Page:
Area, state see jobless rate increases
Published 5:00 am Monday, April 27, 2009
While both the Mississippi unemployment average and LincolnCounty’s unemployment average are both up from last month and thistime last year, local officials point to other seemingly affluentareas of the state that are struggling as proof that things couldbe worse.
The overall state average rose from 9.3 to 9.4 percent fromFebruary to March, while Lincoln County’s average rose from 9.4percent to 9.7 percent in that same time. But the trend wasstatewide, Brookhaven-Lincoln County Chamber of Commerce ExecutiveVice President Cliff Brumfield said.
“Considering how some other areas of the state that areperceived as successful such as Lowndes County and other placesthat have realized strong industrial gains in recent years, itstill points to the number one reason for the increase inunemployment,” said Brumfield. “And that is the economy.”
Lowndes County, which has in recent years received quite a bitof industrial growth, had an unemployment rate for March of 10.3percent, which is up from last month’s 10.1 percent. Four of thesix counties surrounding Lincoln recorded numbers lower than thosefor March.
Copiah County is up 0.1 percent, rising from February’s 9.4percent to 9.5 percent for March. Lawrence County is up from 9.8 inFebruary to 10.1 percent in March, while Walthall jumped from 8.5percent to 9.3 percent.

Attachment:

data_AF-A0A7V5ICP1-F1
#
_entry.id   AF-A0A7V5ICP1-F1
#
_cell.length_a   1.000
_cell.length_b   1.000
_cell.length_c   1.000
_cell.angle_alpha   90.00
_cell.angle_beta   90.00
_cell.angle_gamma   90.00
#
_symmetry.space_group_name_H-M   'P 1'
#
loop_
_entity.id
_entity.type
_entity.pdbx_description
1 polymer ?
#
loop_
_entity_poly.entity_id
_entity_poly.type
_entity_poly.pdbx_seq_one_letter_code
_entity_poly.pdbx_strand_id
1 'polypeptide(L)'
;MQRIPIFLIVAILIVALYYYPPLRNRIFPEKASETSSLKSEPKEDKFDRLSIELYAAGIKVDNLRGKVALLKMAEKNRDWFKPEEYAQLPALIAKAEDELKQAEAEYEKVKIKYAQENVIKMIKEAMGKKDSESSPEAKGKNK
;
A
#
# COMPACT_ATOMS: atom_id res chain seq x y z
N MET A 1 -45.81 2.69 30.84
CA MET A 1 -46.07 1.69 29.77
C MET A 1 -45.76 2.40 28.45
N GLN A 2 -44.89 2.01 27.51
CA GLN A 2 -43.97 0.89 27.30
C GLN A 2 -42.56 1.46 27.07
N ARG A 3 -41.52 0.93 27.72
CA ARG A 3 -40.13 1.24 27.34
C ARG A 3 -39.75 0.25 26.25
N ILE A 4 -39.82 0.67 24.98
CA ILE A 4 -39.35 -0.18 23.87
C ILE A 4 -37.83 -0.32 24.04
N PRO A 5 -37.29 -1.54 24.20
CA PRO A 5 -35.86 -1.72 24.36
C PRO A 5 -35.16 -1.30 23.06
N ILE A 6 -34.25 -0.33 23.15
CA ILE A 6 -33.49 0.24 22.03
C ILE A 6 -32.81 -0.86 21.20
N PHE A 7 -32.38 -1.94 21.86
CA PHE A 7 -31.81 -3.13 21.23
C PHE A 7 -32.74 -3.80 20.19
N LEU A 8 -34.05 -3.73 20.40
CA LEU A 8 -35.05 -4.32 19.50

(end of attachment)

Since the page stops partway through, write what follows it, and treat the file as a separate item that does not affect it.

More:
Pike County dropped a tenth of a percentage from 9.0 percent inFebruary to 8.9 percent in March.
Meanwhile, Amite County’s average rose from February’s 10.8percent to March’s 10.9, and Franklin County recorded a 0.4 percentincrease from 10.7 to 11.1 percent.
Jefferson County, which had a whopping 18.6 percent unemploymentrate in February, was down in March, with a 17.7 percentaverage.
Brumfield said the fact that Lincoln County is usually rankedbetween 32 and 35 on the list of the state’s 82 counties is anindicator of the area’s stable job market. While the fluctuationsof the economy may affect it somewhat, it isn’t losing inordinatelymore jobs than other counties.
“Our numbers for March fall in line with our placement in thestate for March of 2008,” he said. “It’s just unfortunatelyincreased due to the economy and seasonal issues.”
But with a slight upturn in sales tax recently, meaning morepeople are spending money in Lincoln County, Brumfield said there’salways hope on the horizon.
“Recent news of slightly improved retail activity along withbetter news of increasing financial activity points to hope formore optimistic reports in upcoming months,” he said.
Statewide, the March 2009 rate of 9.4 percent is much higherthan March 2008, when the state average was 6.1 percent, accordingto Mississippi Department of Employment Security statistics.Twenty-nine counties posted unemployment rates lower than the stateaverage, with Lamar and Rankin counties posting the lowest at 6percent.